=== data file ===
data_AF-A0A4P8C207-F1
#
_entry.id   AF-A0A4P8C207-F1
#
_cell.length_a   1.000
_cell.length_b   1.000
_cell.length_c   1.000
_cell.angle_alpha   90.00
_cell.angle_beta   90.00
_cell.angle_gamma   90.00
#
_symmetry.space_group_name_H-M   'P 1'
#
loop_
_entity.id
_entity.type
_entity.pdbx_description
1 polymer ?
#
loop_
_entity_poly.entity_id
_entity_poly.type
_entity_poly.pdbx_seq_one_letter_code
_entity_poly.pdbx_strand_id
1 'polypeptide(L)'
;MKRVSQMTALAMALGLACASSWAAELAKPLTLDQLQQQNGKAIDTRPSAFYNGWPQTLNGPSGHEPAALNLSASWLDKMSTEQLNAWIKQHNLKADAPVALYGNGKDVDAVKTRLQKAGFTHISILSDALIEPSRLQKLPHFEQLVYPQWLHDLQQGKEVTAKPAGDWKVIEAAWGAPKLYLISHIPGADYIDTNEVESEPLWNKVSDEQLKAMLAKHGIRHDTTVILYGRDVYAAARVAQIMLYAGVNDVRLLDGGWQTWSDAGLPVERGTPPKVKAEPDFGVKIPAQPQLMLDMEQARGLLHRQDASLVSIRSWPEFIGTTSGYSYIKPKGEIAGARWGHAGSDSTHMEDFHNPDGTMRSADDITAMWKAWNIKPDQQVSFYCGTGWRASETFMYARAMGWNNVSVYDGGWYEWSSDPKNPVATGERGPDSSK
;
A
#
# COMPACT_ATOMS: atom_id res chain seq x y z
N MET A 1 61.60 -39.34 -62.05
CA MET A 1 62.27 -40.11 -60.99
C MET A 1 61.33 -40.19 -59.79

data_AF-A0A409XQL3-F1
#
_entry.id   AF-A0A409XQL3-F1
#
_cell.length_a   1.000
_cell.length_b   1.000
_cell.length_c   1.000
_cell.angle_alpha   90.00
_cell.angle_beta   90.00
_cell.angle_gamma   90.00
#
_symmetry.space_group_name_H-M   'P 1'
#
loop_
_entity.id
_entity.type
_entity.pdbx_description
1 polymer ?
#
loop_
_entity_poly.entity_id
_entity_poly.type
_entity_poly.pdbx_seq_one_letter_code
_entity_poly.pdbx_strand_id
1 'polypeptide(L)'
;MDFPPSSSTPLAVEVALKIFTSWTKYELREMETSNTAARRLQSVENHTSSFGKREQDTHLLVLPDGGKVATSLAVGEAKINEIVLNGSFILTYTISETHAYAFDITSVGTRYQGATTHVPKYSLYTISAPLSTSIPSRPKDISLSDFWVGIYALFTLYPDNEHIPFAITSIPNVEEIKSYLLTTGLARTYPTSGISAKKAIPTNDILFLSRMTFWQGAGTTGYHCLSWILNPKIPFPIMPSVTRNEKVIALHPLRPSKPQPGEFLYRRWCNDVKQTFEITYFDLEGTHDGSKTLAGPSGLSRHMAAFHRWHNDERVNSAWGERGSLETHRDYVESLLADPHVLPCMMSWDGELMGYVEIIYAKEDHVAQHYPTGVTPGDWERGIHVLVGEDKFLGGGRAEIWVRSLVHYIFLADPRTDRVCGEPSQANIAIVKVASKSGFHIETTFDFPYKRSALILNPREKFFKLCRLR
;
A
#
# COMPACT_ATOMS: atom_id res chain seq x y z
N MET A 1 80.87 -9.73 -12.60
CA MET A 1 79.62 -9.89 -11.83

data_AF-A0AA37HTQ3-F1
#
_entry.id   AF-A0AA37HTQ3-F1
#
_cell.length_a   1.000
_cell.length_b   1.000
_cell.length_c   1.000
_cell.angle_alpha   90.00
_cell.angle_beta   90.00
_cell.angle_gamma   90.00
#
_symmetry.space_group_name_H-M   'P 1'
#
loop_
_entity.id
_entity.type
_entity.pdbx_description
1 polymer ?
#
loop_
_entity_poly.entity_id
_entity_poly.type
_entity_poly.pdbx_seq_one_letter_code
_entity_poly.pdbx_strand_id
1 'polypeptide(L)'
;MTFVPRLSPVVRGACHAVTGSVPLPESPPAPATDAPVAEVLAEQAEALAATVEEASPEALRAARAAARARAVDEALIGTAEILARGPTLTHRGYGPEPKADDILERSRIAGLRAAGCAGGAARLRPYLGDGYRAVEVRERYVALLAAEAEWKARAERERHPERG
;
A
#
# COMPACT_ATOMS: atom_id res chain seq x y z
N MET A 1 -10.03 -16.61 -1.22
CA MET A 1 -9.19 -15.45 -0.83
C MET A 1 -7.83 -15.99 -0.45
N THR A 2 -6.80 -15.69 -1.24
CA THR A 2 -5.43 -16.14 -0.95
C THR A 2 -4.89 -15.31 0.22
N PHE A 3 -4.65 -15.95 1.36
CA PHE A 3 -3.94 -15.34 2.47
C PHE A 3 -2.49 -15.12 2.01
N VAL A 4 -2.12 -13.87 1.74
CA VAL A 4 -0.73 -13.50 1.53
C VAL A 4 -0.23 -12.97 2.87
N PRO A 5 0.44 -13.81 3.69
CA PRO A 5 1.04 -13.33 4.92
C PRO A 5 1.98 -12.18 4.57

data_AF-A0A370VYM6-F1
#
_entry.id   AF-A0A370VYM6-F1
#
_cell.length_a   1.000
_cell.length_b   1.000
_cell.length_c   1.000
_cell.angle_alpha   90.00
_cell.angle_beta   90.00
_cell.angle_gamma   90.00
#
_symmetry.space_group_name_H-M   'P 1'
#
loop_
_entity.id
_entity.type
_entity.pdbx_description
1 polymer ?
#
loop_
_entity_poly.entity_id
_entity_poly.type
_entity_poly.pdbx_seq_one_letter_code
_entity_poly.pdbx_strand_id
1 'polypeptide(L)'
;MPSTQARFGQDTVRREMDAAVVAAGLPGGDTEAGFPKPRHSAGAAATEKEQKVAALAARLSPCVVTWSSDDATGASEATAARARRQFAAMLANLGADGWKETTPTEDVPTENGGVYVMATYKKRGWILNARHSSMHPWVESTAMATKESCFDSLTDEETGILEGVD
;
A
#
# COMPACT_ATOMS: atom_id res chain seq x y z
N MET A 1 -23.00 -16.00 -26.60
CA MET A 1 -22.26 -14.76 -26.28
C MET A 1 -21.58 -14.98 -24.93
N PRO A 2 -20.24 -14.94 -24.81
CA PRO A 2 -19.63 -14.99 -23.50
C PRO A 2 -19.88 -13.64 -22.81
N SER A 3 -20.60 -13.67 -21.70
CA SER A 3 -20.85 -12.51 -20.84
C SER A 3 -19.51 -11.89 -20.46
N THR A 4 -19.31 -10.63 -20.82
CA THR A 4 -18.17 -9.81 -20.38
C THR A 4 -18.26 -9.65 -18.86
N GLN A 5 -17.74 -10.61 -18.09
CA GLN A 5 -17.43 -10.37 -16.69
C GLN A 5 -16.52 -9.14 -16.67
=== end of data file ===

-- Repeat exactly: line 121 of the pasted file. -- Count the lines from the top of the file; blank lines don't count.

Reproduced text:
#